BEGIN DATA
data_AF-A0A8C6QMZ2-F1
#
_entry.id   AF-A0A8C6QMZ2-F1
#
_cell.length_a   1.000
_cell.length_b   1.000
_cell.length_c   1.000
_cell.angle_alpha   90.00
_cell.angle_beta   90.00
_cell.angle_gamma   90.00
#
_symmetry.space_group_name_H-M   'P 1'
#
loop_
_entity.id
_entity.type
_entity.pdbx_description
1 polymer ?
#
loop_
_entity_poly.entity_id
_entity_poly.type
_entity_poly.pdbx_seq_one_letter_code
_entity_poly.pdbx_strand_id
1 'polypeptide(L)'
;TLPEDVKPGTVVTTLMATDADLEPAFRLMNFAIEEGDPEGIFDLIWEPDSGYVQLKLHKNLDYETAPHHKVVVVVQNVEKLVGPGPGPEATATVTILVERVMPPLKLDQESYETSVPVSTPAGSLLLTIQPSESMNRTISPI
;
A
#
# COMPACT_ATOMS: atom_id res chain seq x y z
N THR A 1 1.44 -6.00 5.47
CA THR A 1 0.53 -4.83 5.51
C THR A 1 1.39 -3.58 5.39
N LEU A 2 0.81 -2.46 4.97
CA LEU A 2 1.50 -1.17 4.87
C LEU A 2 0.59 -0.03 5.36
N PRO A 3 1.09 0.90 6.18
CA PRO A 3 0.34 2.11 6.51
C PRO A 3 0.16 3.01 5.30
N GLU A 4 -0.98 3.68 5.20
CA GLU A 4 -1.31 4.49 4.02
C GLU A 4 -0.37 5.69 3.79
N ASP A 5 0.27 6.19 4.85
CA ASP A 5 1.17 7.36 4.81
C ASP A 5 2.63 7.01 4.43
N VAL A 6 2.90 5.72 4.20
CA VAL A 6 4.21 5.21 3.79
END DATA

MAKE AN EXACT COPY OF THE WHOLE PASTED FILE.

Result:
data_AF-A0A8C6QMZ2-F1
#
_entry.id   AF-A0A8C6QMZ2-F1
#
_cell.length_a   1.000
_cell.length_b   1.000
_cell.length_c   1.000
_cell.angle_alpha   90.00
_cell.angle_beta   90.00
_cell.angle_gamma   90.00
#
_symmetry.space_group_name_H-M   'P 1'
#
loop_
_entity.id
_entity.type
_entity.pdbx_description
1 polymer ?
#
loop_
_entity_poly.entity_id
_entity_poly.type
_entity_poly.pdbx_seq_one_letter_code
_entity_poly.pdbx_strand_id
1 'polypeptide(L)'
;TLPEDVKPGTVVTTLMATDADLEPAFRLMNFAIEEGDPEGIFDLIWEPDSGYVQLKLHKNLDYETAPHHKVVVVVQNVEKLVGPGPGPEATATVTILVERVMPPLKLDQESYETSVPVSTPAGSLLLTIQPSESMNRTISPI
;
A
#
# COMPACT_ATOMS: atom_id res chain seq x y z
N THR A 1 1.44 -6.00 5.47
CA THR A 1 0.53 -4.83 5.51
C THR A 1 1.39 -3.58 5.39
N LEU A 2 0.81 -2.46 4.97
CA LEU A 2 1.50 -1.17 4.87
C LEU A 2 0.59 -0.03 5.36
N PRO A 3 1.09 0.90 6.18
CA PRO A 3 0.34 2.11 6.51
C PRO A 3 0.16 3.01 5.30
N GLU A 4 -0.98 3.68 5.20
CA GLU A 4 -1.31 4.49 4.02
C GLU A 4 -0.37 5.69 3.79
N ASP A 5 0.27 6.19 4.85
CA ASP A 5 1.17 7.36 4.81
C ASP A 5 2.63 7.01 4.43
N VAL A 6 2.90 5.72 4.20
CA VAL A 6 4.21 5.21 3.79